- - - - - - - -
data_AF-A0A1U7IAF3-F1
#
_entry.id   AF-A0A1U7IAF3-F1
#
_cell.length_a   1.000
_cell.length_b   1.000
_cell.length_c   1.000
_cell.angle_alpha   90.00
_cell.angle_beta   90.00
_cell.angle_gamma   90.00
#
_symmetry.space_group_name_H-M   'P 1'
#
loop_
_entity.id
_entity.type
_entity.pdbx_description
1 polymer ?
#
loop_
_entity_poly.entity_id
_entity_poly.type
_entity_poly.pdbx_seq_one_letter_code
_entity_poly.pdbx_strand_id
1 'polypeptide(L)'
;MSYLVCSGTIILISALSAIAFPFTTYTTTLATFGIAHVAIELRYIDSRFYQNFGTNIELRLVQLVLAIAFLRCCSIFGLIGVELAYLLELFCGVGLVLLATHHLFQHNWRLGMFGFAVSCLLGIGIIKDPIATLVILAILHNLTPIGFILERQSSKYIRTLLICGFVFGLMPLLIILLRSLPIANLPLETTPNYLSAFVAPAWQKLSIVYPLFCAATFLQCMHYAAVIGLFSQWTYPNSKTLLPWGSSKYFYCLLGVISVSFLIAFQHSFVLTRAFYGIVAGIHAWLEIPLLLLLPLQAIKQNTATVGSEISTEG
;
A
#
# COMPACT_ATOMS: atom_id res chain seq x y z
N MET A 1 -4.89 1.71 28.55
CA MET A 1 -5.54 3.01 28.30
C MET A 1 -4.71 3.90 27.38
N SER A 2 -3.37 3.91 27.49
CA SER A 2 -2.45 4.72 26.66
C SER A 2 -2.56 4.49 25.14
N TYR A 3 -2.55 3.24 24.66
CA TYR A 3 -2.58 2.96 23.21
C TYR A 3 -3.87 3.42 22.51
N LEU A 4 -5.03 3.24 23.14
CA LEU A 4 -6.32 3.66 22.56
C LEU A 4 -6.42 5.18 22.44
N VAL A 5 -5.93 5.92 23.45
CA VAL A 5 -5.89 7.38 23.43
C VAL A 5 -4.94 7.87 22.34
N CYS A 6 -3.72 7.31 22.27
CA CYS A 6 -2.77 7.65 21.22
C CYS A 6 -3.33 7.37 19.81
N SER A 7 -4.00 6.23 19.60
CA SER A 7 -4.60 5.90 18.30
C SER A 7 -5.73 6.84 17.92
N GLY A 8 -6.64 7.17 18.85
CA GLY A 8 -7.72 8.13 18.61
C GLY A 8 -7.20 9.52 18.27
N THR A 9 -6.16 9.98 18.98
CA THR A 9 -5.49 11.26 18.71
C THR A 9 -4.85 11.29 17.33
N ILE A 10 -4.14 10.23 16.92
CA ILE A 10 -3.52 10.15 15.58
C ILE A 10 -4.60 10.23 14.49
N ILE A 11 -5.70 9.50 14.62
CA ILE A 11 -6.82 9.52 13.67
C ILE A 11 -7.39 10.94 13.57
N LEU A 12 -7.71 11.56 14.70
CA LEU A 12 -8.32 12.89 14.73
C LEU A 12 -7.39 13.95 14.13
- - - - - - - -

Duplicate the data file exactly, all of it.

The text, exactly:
data_AF-A0A1U7IAF3-F1
#
_entry.id   AF-A0A1U7IAF3-F1
#
_cell.length_a   1.000
_cell.length_b   1.000
_cell.length_c   1.000
_cell.angle_alpha   90.00
_cell.angle_beta   90.00
_cell.angle_gamma   90.00
#
_symmetry.space_group_name_H-M   'P 1'
#
loop_
_entity.id
_entity.type
_entity.pdbx_description
1 polymer ?
#
loop_
_entity_poly.entity_id
_entity_poly.type
_entity_poly.pdbx_seq_one_letter_code
_entity_poly.pdbx_strand_id
1 'polypeptide(L)'
;MSYLVCSGTIILISALSAIAFPFTTYTTTLATFGIAHVAIELRYIDSRFYQNFGTNIELRLVQLVLAIAFLRCCSIFGLIGVELAYLLELFCGVGLVLLATHHLFQHNWRLGMFGFAVSCLLGIGIIKDPIATLVILAILHNLTPIGFILERQSSKYIRTLLICGFVFGLMPLLIILLRSLPIANLPLETTPNYLSAFVAPAWQKLSIVYPLFCAATFLQCMHYAAVIGLFSQWTYPNSKTLLPWGSSKYFYCLLGVISVSFLIAFQHSFVLTRAFYGIVAGIHAWLEIPLLLLLPLQAIKQNTATVGSEISTEG
;
A
#
# COMPACT_ATOMS: atom_id res chain seq x y z
N MET A 1 -4.89 1.71 28.55
CA MET A 1 -5.54 3.01 28.30
C MET A 1 -4.71 3.90 27.38
N SER A 2 -3.37 3.91 27.49
CA SER A 2 -2.45 4.72 26.66
C SER A 2 -2.56 4.49 25.14
N TYR A 3 -2.55 3.24 24.66
CA TYR A 3 -2.58 2.96 23.21
C TYR A 3 -3.87 3.42 22.51
N LEU A 4 -5.03 3.24 23.14
CA LEU A 4 -6.32 3.66 22.56
C LEU A 4 -6.42 5.18 22.44
N VAL A 5 -5.93 5.92 23.45
CA VAL A 5 -5.89 7.38 23.43
C VAL A 5 -4.94 7.87 22.34
N CYS A 6 -3.72 7.31 22.27
CA CYS A 6 -2.77 7.65 21.22
C CYS A 6 -3.33 7.37 19.81
N SER A 7 -4.00 6.23 19.60
CA SER A 7 -4.60 5.90 18.30
C SER A 7 -5.73 6.84 17.92
N GLY A 8 -6.64 7.17 18.85
CA GLY A 8 -7.72 8.13 18.61
C GLY A 8 -7.20 9.52 18.27
N THR A 9 -6.16 9.98 18.98
CA THR A 9 -5.49 11.26 18.71
C THR A 9 -4.85 11.29 17.33
N ILE A 10 -4.14 10.23 16.92
CA ILE A 10 -3.52 10.15 15.58
C ILE A 10 -4.60 10.23 14.49
N ILE A 11 -5.70 9.50 14.62
CA ILE A 11 -6.82 9.52 13.67
C ILE A 11 -7.39 10.94 13.57
N LEU A 12 -7.71 11.56 14.70
CA LEU A 12 -8.32 12.89 14.73
C LEU A 12 -7.39 13.95 14.13